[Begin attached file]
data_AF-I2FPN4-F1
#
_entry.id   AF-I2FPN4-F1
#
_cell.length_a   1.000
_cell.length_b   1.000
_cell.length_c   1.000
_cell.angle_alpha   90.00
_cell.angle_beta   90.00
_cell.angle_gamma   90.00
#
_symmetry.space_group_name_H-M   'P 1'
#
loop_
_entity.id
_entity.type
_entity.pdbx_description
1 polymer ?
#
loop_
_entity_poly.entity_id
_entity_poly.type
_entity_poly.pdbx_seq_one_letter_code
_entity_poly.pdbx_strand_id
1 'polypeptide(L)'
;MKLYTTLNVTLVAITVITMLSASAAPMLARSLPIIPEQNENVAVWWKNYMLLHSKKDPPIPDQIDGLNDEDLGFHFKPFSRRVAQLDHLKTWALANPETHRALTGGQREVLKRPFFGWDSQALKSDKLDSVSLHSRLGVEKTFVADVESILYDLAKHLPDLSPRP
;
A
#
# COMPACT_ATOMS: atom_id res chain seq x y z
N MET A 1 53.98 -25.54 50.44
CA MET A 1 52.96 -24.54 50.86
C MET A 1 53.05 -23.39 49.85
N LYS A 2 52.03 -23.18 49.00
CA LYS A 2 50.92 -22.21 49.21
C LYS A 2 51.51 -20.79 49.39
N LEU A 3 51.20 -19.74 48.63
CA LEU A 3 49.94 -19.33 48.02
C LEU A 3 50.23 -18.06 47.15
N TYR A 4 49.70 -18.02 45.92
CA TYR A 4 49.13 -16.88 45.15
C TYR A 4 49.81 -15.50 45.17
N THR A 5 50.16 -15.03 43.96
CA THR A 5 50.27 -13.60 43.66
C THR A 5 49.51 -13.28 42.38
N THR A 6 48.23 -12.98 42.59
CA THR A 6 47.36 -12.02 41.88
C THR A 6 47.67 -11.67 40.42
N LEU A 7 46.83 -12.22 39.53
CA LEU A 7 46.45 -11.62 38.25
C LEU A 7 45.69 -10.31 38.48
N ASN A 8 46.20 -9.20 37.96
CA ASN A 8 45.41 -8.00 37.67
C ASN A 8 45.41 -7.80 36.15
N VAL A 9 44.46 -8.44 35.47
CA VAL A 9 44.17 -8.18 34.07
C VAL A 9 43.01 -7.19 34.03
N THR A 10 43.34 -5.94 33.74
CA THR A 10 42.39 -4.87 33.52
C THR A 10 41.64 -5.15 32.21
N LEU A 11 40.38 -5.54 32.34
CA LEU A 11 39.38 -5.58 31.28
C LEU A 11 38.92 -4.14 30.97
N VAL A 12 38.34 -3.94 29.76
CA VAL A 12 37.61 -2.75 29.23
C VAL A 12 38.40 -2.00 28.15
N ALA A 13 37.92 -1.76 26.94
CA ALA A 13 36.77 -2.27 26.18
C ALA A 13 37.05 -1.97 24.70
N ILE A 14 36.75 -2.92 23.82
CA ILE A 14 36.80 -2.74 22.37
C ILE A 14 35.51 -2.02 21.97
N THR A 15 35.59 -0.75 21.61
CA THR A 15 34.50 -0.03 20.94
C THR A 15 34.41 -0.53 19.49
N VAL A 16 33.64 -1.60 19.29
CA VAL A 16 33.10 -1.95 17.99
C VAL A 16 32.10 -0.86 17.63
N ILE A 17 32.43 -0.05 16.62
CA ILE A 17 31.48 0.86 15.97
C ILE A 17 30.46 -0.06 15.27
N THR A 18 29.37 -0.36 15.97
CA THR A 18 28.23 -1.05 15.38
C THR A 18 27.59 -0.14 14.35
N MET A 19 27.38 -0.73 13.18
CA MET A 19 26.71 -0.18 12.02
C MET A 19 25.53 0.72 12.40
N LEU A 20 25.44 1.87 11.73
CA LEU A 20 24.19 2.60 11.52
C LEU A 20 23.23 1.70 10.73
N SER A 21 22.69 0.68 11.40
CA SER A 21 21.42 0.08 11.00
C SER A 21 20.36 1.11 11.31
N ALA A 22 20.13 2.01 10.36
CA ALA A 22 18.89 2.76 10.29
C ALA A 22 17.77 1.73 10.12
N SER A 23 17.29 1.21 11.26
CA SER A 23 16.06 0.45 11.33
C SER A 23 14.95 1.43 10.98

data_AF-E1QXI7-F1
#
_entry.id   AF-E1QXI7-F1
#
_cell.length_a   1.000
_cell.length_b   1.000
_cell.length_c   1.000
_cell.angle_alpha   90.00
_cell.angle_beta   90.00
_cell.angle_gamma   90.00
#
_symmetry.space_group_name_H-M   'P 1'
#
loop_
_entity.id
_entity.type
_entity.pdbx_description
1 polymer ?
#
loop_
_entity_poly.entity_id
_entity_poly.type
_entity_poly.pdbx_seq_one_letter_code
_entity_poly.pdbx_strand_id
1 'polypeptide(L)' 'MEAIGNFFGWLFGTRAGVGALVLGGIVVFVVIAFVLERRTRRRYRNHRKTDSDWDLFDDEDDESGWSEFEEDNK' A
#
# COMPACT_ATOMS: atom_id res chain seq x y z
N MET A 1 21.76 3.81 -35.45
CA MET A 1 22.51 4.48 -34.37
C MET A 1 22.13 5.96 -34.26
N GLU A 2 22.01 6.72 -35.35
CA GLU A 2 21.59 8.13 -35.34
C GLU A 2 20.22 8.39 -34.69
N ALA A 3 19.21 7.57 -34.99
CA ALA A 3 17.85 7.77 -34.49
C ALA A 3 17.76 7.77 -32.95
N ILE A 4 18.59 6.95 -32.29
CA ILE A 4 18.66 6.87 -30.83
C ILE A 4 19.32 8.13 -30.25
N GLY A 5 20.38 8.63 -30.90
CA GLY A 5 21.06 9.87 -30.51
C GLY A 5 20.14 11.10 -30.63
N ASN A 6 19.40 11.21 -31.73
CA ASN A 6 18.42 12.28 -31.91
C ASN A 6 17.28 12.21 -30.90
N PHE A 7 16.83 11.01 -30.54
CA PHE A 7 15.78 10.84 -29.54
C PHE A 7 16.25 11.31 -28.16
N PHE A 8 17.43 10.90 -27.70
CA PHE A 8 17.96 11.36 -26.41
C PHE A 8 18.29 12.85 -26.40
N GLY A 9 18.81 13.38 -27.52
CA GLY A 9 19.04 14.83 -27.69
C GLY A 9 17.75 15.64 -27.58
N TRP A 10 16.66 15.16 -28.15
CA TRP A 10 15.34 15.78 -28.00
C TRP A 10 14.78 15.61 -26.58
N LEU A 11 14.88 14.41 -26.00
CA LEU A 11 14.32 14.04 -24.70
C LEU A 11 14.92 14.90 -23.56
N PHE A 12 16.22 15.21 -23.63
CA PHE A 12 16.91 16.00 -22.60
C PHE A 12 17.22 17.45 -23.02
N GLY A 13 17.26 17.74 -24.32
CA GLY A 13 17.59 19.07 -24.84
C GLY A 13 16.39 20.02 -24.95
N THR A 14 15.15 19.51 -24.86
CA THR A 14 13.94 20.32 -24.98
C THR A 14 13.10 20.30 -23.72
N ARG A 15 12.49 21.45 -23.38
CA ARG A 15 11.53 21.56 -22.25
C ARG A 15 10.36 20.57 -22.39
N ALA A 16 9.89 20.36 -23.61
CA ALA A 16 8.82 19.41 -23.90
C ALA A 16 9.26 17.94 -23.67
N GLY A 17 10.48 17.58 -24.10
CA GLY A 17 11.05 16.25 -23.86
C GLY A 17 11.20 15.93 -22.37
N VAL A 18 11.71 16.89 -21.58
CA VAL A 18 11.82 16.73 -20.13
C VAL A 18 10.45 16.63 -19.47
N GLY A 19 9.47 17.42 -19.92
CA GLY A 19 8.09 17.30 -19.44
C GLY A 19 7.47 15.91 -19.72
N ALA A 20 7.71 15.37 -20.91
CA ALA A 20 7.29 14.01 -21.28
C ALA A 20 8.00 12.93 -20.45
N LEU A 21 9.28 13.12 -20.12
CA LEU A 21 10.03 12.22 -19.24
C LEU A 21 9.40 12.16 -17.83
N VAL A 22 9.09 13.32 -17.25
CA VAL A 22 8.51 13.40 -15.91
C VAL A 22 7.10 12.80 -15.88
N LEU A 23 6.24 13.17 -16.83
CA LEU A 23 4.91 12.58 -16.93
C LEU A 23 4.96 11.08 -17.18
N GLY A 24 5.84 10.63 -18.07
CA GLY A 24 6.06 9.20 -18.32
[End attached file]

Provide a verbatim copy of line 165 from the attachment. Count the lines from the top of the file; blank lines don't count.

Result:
C GLY A 13 16.39 20.02 -24.95